The Czech Republic’s glorious, pedestrian-friendly capital boasts great sightseeing, good hotels, delicious food and crowds of tourists competing for nearly every inch of space.
By Kevin Chaffee
Soaring views of the Charles Bridge leading visitors to Prague’s city center.
One could easily take a week or more to explore all that this wondrously beautiful European city has to offer, but three days are enough to get a satisfying taste of its rich history, beautiful architecture (Gothic, Renaissance and Baroque spires mixed with Art Nouveau and Cubist structures) and wonderful eating, drinking and shopping opportunities among its many alluring charms. Spring and fall are obviously better times to visit than mid July, the height of summer season, when it is crowded with an estimated 70,000 tourists each day (at least most of them are not day trippers off cruise ships). If you go then, as I did, take it easy, avoid the main squares and Prague Castle area during peak times, use the efficient and easily navigated trolley system, trek off the beaten path into some of the funky surrounding neighborhoods and by all means secure your guided tours and restaurant reservation well ahead.
Beat the crowds in the Castle District (Hradcany) getting an early start to tour the immense Prague Castle area, the city’s number one tourist attraction, where the gates open at 6 a.m. and the historic buildings at 9 a.m. during the April-October high season. A good portion of the fortress complex is occupied by the offices of the president of the Czech Republic, but other areas are open to visitors. The Renaissance architecture and impressive collection of paintings by Holbein, Durer, Titian, da Vinci and Bruegel in the Spanish hall are the main attractions. The Belvedere Royal Summer Palace lies within the Castle gardens, where tulips were first introduced to Europe. Take a rest near the famous bronze Singing Fountain before heading to nearby St. Agnes Convent, the city’s oldest Gothic structure, which now houses Czech medieval art and offers nightly chamber concerts. St. Vitus Cathedral looks old but was consecrated only in 1929. Its numerous treasures include the 14th century mosaic of the Last Supper, the baroque silver tomb of St. John of Nepomuck and Art Nouveau stained glass. A return visit at night when the complex is magnificently illuminated amid a festive atmosphere is highly recommended.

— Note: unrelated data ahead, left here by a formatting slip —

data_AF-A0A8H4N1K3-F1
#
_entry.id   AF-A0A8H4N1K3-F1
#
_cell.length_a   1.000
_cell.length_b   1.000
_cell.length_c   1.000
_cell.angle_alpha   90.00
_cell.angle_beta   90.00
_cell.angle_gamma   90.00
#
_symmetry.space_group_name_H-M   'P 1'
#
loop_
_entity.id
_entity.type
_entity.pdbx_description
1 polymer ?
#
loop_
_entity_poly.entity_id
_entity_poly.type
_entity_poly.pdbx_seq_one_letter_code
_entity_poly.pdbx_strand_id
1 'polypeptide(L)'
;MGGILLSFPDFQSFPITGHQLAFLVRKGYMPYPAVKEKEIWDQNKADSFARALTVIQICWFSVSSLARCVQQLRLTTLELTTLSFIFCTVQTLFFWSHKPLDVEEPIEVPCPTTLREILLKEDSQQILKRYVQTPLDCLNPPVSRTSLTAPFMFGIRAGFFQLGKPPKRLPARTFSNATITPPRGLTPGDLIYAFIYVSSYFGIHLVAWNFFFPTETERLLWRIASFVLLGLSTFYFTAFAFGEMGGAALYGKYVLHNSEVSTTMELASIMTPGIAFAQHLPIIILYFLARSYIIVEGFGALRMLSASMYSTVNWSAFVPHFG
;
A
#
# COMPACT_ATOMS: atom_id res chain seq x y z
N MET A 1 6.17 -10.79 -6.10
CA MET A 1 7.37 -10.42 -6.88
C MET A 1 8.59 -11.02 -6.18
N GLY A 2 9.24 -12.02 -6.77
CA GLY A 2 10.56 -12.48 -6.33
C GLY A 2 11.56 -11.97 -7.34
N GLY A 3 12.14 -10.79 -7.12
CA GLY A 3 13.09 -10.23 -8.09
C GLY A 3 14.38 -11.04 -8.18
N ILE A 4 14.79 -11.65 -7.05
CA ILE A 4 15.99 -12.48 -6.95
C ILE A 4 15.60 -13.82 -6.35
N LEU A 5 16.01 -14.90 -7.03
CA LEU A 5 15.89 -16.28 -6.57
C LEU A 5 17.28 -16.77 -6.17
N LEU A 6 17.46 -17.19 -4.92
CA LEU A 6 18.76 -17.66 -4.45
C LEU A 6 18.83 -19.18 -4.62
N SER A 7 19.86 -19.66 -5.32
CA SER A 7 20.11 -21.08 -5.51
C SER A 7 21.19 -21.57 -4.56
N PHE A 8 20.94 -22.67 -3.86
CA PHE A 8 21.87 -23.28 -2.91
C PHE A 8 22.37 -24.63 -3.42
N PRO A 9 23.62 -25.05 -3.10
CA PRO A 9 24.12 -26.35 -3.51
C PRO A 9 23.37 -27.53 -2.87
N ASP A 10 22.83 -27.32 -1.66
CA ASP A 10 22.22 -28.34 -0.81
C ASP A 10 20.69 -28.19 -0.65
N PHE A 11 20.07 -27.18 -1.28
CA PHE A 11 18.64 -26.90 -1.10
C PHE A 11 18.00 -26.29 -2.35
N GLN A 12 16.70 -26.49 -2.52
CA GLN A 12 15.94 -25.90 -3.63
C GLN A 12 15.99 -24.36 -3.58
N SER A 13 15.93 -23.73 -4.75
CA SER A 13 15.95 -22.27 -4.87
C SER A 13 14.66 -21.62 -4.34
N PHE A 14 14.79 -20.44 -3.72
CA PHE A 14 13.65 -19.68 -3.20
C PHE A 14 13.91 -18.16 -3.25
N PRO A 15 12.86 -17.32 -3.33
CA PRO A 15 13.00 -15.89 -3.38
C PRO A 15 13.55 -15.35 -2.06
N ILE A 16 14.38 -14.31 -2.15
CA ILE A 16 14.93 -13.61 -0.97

Left to right: St. Nikolaus Church, Prague Castle, Lobkowicz Palace.